A year later, El Salvador’s bitcoin experiment ended in spectacular failure, the country suffered huge losses and its futuristic bitcoin city never saw the light of day.


A year after El Salvador adopted bitcoin as its legal currency, the area where the world’s first cryptocurrency city was to be built is still a dense jungle. Salvadoran President Nayib Bukele had promised that “Bitcoin City” would be a tax haven for investors and cryptocurrency miners. The government of Bukele had planned to equip the city with an airport, residential and commercial areas, etc., but none of this became a reality. And finally, the value of bitcoin has fallen from nearly $50,000 in September 2021 to $20,000 today, causing heavy losses to the country.

For bitcoin enthusiasts, El Salvador looks like a paradise. It’s one of the few places in the world where you can use bitcoins to buy a coke or a beer on the beach. In theory, you could pay your rent in bitcoins, buy a house, pay off a credit card, or send payment to a Mayan pottery seller in the local market. However, El Salvador is far from a dream for cryptocurrency enthusiasts. Instead, it turned into an uplifting tale of what happens when a country adopts a cryptocurrency, tries to integrate it into its economy, and presents itself as a technological haven.

President Nayib Bukele, a cryptocurrency enthusiast, promoted the initiative, believing it would bring multiple economic benefits. He said a year ago that making bitcoin a legal currency would attract foreign investment, generate jobs and help “push humanity at least a tiny bit in the right direction.” Its ambitions extend to building a city dubbed “Bitcoin City” – a tax haven funded by the issuance of $1 billion in government bonds. The goal was to dedicate half of the bond revenue to the city and the other half to buying bitcoins.

The presumed profits would then be used to repay the bondholders. Invest here and make all the money you want,” he said, all in white and wearing an inverted baseball cap, in front of hundreds of bitcoin enthusiasts in November 2021. Bukele promised that “Bitcoin City” would be equipped with an airport, residential and commercial areas, and a central plaza designed to look like the bitcoin symbol seen from the air. A year later, multiple reports on the situation note that there is more than enough evidence to conclude that Bukele had no idea what he was doing.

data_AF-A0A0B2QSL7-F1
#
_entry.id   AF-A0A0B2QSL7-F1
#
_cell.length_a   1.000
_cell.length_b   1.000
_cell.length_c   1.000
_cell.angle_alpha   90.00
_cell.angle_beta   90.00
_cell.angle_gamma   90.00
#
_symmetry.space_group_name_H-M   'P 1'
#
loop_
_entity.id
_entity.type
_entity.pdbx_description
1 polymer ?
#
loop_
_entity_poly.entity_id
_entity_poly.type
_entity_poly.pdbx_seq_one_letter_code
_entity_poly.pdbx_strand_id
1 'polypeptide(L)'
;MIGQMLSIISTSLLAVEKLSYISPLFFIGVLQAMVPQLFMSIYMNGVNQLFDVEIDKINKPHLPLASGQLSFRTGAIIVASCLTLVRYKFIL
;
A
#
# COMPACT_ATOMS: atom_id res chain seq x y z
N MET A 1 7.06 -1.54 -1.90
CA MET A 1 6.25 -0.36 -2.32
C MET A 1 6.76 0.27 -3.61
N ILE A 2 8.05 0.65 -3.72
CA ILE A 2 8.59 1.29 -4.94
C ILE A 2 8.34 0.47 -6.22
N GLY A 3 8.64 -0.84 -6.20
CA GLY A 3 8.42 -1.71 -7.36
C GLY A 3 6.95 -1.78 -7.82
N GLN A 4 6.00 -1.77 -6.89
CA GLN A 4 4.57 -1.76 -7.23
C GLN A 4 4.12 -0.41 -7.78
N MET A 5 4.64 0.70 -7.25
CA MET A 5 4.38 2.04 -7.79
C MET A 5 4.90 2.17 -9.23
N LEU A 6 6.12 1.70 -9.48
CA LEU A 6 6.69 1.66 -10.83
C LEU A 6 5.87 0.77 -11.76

His plan did not work as expected. During a recent visit to the area in the shadow of the Conchagua volcano in the east of the Central American country, experts found no heavy machinery, construction workers or raw materials indicating any progress in building this great bitcoin symbol. For many, it has instead become a symbol of madness as bitcoin crashed. This experience was very risky, too risky for a poor country,” said Oscar Picardo, director of the Institute of Science, Technology and Innovation at the private university Francisco Gavidia.

This audacious financial experiment turned out to be an almost total failure. We have seen that (bitcoin) is a very speculative and very variable financial asset, he added. A big part of the problem would be that the fall in value of bitcoin and other cryptocurrencies has alienated investors. When El Salvador, one of the poorest countries in Latin America, adopted bitcoin as its legal currency on September 7, 2021, the cryptocurrency’s exchange price was around $47,000. A year later, it is worth less than half and was trading around $19,770 on Tuesday. It climbed $20,149 today.

Bukele’s government declined to comment for this story, but defended doubling down on bitcoin – including acquiring 2,381 bitcoins – saying it is a long-term plan . He claims his bitcoin policy has attracted multiple investments, reduced banking fees to zero, increased tourism, and promoted financial inclusion. But, analysts say, the fall in the cryptocurrency has raised El Salvador’s financial risk, complicating its search for funds to pay $1.6 billion in sovereign bonds due in 2023 and 2025.

The International Monetary Fund has asked El Salvador to reverse bitcoin’s legal currency status citing financial, economic and legal issues, which complicates the deal with the lender. In addition, according to experts, the use of cryptocurrency has also failed to gain traction. To encourage the adoption of bitcoin, the government has created a digital wallet called “Chivo” (“cool” in slang) to exchange bitcoins for dollars without transaction fees. The app is also preloaded with $30 as a bonus (the median weekly income is around $360).